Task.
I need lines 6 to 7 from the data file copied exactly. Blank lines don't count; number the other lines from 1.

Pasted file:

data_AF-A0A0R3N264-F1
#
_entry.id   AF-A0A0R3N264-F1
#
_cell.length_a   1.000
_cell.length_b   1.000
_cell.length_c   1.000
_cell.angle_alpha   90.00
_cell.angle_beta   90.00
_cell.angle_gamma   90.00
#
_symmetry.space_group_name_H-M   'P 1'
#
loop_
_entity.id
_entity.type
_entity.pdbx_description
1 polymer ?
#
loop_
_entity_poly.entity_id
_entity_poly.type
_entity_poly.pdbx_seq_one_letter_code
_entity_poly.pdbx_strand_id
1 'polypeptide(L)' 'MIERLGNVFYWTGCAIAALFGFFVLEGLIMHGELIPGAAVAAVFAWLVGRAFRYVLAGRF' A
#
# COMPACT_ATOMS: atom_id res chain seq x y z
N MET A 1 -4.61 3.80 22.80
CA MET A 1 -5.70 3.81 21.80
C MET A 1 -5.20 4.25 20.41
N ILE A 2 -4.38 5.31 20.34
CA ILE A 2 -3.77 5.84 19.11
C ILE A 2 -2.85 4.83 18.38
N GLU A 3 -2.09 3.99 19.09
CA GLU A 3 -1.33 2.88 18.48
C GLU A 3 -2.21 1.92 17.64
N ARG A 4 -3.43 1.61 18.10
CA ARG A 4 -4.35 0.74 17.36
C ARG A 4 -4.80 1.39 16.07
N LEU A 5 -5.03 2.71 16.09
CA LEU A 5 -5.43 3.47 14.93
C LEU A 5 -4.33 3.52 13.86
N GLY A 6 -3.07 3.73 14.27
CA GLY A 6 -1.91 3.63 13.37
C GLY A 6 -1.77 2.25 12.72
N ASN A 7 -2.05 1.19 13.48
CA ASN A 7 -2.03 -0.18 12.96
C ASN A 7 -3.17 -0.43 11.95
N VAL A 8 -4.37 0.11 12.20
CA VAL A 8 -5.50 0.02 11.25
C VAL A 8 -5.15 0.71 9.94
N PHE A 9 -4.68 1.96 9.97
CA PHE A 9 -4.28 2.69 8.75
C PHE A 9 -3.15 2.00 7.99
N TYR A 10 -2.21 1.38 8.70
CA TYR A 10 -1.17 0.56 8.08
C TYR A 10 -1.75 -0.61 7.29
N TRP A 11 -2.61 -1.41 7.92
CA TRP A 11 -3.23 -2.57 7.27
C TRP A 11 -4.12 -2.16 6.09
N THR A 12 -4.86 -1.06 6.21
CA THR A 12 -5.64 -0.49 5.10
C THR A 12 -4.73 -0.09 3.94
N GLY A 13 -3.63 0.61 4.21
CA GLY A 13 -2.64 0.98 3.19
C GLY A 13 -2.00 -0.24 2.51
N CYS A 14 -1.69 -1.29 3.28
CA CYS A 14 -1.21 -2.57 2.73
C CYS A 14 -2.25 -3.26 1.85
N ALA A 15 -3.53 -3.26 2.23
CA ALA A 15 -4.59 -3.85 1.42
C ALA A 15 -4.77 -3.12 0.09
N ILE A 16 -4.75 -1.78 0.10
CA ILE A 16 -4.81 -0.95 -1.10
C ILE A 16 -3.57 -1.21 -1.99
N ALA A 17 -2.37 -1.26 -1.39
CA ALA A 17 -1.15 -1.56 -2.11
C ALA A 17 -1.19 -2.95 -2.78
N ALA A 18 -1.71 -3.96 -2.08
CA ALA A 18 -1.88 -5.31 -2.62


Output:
_cell.length_b   1.000
_cell.length_c   1.000